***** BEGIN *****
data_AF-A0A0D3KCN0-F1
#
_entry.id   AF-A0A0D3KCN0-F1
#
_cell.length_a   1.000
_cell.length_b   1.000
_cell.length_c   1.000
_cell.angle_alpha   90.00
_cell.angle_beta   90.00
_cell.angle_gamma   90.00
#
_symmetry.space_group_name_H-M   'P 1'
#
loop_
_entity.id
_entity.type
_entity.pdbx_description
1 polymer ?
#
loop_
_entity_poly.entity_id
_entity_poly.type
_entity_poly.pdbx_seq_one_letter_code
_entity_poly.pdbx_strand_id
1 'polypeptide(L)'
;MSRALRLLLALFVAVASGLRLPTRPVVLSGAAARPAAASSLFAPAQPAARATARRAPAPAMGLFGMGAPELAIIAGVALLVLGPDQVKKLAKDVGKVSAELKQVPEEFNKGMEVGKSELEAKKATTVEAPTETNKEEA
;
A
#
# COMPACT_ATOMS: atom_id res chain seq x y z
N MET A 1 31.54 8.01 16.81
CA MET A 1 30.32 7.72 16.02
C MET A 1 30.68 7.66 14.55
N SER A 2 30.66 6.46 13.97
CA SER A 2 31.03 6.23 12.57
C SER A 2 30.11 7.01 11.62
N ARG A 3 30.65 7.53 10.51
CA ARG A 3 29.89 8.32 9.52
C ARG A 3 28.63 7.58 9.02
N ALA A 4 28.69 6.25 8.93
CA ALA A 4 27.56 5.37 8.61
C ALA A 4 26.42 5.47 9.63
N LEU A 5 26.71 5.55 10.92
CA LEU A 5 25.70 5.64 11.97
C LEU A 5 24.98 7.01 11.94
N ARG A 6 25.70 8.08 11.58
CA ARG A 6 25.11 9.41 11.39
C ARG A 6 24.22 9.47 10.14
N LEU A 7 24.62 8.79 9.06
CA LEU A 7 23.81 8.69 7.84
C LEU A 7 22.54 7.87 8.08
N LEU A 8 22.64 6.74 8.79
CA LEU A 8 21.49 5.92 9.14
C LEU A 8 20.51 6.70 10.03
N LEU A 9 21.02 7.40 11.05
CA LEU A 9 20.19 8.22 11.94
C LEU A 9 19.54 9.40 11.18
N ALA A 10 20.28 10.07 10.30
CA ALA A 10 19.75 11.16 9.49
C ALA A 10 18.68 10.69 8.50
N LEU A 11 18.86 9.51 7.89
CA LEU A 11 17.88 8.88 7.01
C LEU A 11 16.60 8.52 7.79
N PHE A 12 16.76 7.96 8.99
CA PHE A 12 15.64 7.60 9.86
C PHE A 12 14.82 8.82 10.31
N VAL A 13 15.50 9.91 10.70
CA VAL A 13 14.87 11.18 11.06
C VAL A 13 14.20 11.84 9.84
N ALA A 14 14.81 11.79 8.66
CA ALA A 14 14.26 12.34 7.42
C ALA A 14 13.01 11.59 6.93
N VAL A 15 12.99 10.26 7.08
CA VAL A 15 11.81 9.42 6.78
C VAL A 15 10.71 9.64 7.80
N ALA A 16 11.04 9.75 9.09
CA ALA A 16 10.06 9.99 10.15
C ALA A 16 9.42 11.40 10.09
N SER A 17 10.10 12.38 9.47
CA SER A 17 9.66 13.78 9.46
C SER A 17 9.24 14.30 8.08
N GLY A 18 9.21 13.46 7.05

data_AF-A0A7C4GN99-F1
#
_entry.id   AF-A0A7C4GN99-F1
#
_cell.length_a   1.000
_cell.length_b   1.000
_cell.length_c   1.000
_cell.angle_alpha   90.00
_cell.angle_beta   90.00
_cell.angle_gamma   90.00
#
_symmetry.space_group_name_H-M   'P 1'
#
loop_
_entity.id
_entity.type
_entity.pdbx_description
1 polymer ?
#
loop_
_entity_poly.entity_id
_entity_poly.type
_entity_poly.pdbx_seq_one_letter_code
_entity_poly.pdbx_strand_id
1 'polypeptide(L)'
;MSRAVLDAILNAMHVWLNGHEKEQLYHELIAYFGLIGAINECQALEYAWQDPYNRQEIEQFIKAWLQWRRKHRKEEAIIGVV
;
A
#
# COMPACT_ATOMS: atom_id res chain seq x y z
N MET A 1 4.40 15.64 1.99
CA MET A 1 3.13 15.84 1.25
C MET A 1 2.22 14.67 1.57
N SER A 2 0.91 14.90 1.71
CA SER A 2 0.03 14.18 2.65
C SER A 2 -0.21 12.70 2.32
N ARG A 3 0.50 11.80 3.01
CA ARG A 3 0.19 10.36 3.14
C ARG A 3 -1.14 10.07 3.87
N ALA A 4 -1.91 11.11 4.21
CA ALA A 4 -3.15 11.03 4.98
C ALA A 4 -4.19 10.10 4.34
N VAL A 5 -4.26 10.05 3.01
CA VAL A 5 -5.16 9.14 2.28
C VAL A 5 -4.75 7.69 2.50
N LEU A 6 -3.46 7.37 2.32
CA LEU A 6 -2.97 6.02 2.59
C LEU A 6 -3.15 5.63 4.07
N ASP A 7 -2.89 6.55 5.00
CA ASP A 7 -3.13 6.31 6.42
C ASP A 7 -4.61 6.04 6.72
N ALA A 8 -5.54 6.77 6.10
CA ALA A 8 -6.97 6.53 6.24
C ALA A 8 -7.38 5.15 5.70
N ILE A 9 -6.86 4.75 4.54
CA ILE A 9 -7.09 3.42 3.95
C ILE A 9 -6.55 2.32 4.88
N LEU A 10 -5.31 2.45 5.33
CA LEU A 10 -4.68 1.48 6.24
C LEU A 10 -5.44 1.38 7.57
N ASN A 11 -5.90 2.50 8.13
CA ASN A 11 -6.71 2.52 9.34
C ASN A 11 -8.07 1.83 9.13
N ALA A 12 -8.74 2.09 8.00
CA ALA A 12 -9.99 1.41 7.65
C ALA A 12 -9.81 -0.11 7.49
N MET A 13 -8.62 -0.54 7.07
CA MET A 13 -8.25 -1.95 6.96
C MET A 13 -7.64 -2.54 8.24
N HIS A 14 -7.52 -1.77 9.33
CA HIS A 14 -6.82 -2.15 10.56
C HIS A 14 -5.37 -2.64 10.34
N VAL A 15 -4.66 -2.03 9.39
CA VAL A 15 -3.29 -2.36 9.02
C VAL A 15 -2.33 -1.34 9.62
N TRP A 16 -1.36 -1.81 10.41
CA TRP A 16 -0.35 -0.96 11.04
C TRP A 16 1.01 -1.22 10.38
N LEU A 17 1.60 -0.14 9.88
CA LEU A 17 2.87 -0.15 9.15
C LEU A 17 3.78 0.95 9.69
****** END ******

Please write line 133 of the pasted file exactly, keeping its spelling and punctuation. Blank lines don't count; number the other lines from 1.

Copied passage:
C ASP A 7 -4.61 6.04 6.72